J.D. shares tips on how to independently publish your own e-books and Pedro test drives some tablet and smartphone stylus pens. In the news the Associated Press has their Twitter account hacked; corporate espionage appears to be on the rise; Google Glass buzz heats up; and the Hubble Telescope celebrates its 23rd birthday.
The first round of the Apple-Samsung legal slapfight over patents wrapped up last week, with Apple winning a large chunk of change in the decision and asking for an injunction against the sale of several Samsung Galaxy phones. While Samsung vows to fight on in this case, the company is going about its business elsewhere, including in Germany, where it introduced three new Windows 8 desktop computers due out later this fall.
Apple isn’t sitting around basking in its legal victory either. The latest grind of the rumor mill now suggests two major Apple product announcements this fall instead of just one mega event. Amazon, in the meantime, is getting out ahead of any of Apple’s rumored showcase dates with an event of its own in southern California next week. While the shadow of iPhone 5 may loom over much of this fall’s mobile news, LG Electronics is diving in with the Optimus G, a 4G LTE Android phone with a quad-core Snapdragon processor, Bluetooth 4.0 and a big honkin’ 13-megapixel rear camera.
Dropbox, the online storage and file-sharing site, has had its share of security issues the past year. The company is busting a move, though, and has announced it’s adding two-step authentication to help keep those cloud accounts safe and sound. The procedure is still being tested and sounds a bit buggy, but will hopefully get smoother and make things safer for Dropboxers everywhere. While Dropbox’s new security system is working out the bugs, researchers from the computer science and biology departments at Stanford University are studying them. It turns out the behavior of harvester ants is quite similar to the algorithm used in the Internet’s Transmission Control Protocol. Yay, Anternet!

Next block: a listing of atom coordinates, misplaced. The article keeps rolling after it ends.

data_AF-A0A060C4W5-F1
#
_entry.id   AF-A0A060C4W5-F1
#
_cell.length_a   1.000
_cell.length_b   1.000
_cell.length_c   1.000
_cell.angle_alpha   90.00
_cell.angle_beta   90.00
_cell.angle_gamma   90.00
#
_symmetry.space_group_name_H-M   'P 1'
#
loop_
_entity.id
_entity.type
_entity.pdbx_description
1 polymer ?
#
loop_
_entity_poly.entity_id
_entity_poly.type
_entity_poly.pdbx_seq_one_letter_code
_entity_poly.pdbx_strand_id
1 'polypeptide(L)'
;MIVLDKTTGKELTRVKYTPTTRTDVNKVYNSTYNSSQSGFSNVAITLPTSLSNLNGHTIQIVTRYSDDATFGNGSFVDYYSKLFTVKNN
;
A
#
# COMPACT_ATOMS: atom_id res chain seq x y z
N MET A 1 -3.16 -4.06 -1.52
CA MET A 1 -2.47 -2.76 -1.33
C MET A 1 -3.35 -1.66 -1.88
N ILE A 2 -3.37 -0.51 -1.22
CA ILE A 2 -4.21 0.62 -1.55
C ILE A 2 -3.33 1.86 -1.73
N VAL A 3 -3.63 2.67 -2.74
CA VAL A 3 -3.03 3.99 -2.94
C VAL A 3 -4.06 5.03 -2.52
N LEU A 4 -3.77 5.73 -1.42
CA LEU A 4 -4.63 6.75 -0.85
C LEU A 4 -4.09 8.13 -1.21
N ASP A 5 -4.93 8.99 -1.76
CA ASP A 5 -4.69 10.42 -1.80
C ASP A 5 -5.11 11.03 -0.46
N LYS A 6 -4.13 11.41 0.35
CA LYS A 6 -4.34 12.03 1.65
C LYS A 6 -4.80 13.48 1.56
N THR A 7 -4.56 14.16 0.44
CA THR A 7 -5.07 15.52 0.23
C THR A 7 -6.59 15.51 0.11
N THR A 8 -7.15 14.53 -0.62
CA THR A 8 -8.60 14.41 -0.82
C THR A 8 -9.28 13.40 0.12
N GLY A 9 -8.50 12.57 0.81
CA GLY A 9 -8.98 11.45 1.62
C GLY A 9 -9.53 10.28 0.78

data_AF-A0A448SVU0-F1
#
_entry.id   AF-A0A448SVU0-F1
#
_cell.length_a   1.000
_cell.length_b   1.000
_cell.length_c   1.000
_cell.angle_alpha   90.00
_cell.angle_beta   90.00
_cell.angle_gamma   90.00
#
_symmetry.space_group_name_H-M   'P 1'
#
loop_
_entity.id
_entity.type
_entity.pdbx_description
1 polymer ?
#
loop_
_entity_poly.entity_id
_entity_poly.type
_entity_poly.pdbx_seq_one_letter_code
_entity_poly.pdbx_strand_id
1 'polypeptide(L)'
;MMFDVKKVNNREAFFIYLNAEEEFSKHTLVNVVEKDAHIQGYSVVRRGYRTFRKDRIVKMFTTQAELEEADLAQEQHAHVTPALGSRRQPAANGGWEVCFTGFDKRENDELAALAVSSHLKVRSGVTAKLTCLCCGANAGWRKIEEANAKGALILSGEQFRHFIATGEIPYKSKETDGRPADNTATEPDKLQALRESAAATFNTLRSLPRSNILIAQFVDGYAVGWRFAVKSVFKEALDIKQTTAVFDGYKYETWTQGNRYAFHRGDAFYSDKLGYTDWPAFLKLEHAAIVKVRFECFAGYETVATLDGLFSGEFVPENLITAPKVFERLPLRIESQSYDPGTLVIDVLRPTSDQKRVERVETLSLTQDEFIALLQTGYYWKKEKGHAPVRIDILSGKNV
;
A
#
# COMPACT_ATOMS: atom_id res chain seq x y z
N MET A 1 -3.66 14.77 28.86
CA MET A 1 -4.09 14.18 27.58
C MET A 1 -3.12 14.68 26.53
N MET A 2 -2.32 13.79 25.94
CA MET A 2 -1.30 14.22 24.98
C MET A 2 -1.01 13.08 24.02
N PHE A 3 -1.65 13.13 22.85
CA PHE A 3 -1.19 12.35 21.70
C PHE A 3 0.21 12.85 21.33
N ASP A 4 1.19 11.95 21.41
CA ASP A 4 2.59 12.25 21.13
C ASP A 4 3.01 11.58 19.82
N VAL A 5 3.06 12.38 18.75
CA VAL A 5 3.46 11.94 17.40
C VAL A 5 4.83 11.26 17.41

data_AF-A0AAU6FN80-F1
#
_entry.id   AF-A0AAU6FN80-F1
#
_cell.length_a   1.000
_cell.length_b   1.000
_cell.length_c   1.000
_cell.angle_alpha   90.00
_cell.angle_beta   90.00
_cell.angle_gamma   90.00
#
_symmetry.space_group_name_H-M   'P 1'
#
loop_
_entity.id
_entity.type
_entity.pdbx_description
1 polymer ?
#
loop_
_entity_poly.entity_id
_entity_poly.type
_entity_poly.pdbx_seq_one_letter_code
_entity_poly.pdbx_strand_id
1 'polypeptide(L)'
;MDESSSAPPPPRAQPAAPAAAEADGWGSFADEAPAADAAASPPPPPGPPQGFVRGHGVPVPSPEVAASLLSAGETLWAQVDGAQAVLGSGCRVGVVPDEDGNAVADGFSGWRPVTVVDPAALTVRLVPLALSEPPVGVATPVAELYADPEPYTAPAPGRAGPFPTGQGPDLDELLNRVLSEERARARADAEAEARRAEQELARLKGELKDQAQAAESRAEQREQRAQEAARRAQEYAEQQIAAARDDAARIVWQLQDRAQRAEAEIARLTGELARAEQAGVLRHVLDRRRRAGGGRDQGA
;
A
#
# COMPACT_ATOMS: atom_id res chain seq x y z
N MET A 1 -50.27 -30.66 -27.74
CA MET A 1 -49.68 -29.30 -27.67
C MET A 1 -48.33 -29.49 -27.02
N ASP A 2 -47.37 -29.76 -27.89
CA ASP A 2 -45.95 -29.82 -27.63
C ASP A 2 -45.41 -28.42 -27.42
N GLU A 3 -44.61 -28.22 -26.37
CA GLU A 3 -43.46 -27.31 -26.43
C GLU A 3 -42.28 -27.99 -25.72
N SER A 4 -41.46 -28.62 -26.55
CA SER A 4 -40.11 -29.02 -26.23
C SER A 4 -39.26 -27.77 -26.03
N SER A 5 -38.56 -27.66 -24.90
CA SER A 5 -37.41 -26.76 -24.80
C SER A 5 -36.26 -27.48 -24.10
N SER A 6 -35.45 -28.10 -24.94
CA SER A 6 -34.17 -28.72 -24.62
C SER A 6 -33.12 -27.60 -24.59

NASA’s mission for the Curiosity rover has gone beyond rolling around and taking pictures on the surface of Mars. The exploratory vehicle also belted out will.i.am’s “Reach for the Stars” this week — and it was the first time a song has been broadcast from another planet. Now, if only Curiosity can tap into The Walker Art Center’s star-studded Internet Cat Video Film Festival and share even more quality Earth culture with any galactic neighbors that might be around.